• Join over 1.2 million students every month
  • Accelerate your learning by 29%
  • Unlimited access from just £6.99 per month

History medcine overview

Free essay example:

Question 3 – In what ways did the First World War change the Role of Women in Medicine?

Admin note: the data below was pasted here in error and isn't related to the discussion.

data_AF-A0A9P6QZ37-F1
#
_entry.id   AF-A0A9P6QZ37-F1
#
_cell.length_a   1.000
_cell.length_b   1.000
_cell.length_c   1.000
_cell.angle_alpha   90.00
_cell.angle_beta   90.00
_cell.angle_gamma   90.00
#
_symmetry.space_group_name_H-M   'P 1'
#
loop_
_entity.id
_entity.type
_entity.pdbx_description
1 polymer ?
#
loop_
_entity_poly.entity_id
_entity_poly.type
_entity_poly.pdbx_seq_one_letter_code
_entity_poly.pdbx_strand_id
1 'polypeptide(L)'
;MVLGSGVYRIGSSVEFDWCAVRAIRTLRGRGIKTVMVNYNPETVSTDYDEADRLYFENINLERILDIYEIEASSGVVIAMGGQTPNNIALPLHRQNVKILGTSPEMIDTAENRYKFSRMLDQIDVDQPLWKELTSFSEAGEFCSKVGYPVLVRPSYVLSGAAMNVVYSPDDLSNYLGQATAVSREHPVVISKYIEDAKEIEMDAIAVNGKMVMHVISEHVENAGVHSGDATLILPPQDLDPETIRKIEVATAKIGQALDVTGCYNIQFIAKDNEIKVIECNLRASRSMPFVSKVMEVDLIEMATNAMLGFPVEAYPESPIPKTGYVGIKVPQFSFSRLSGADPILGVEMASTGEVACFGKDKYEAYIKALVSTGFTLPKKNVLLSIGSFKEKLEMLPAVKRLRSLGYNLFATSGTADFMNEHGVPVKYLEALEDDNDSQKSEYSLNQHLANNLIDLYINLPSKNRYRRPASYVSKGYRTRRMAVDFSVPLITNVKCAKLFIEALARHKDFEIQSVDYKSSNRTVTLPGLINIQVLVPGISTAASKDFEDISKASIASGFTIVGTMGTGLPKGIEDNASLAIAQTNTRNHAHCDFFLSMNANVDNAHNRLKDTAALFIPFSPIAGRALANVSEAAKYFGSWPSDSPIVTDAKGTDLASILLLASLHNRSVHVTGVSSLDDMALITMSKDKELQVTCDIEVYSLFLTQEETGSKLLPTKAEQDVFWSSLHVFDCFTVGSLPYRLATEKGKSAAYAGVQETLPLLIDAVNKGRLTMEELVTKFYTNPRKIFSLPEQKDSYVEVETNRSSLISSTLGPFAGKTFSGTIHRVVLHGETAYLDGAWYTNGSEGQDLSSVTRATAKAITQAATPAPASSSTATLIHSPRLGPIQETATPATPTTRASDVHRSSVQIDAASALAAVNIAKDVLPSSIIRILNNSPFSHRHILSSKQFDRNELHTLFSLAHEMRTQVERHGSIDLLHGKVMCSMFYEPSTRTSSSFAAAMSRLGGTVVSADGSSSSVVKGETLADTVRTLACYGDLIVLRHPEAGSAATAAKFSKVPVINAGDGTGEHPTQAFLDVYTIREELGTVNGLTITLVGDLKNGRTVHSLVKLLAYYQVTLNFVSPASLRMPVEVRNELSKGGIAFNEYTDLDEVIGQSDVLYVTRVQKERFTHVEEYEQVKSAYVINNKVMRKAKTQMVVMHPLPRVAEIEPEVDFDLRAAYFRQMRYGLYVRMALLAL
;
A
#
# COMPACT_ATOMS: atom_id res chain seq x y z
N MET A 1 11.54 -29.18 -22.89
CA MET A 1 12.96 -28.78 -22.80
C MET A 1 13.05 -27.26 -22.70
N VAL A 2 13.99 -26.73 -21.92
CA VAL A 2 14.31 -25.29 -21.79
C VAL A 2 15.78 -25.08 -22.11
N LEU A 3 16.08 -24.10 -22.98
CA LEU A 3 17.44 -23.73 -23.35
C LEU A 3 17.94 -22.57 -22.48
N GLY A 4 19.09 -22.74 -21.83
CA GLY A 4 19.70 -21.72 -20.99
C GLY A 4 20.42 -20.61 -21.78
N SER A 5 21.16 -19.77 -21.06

In today’s world there are many female doctors, nurses, and midwives. Many women are now involved in medicine however, many years ago it would not seem acceptable. The attitude towards women in medicine changed rapidly during the WW1 when hospitals were in need of help. Although, the role of women in Firs World War had the most impact, the fact that women took action even before that, when they started their Suffragettes campaigning to gain the right to vote in 1912, only helped them in reaching their goal which was to become noticed by the government. When the WW1 broke out in 1914 women already had proven themselves as being dignified, cooperative and supportive in times of crisis.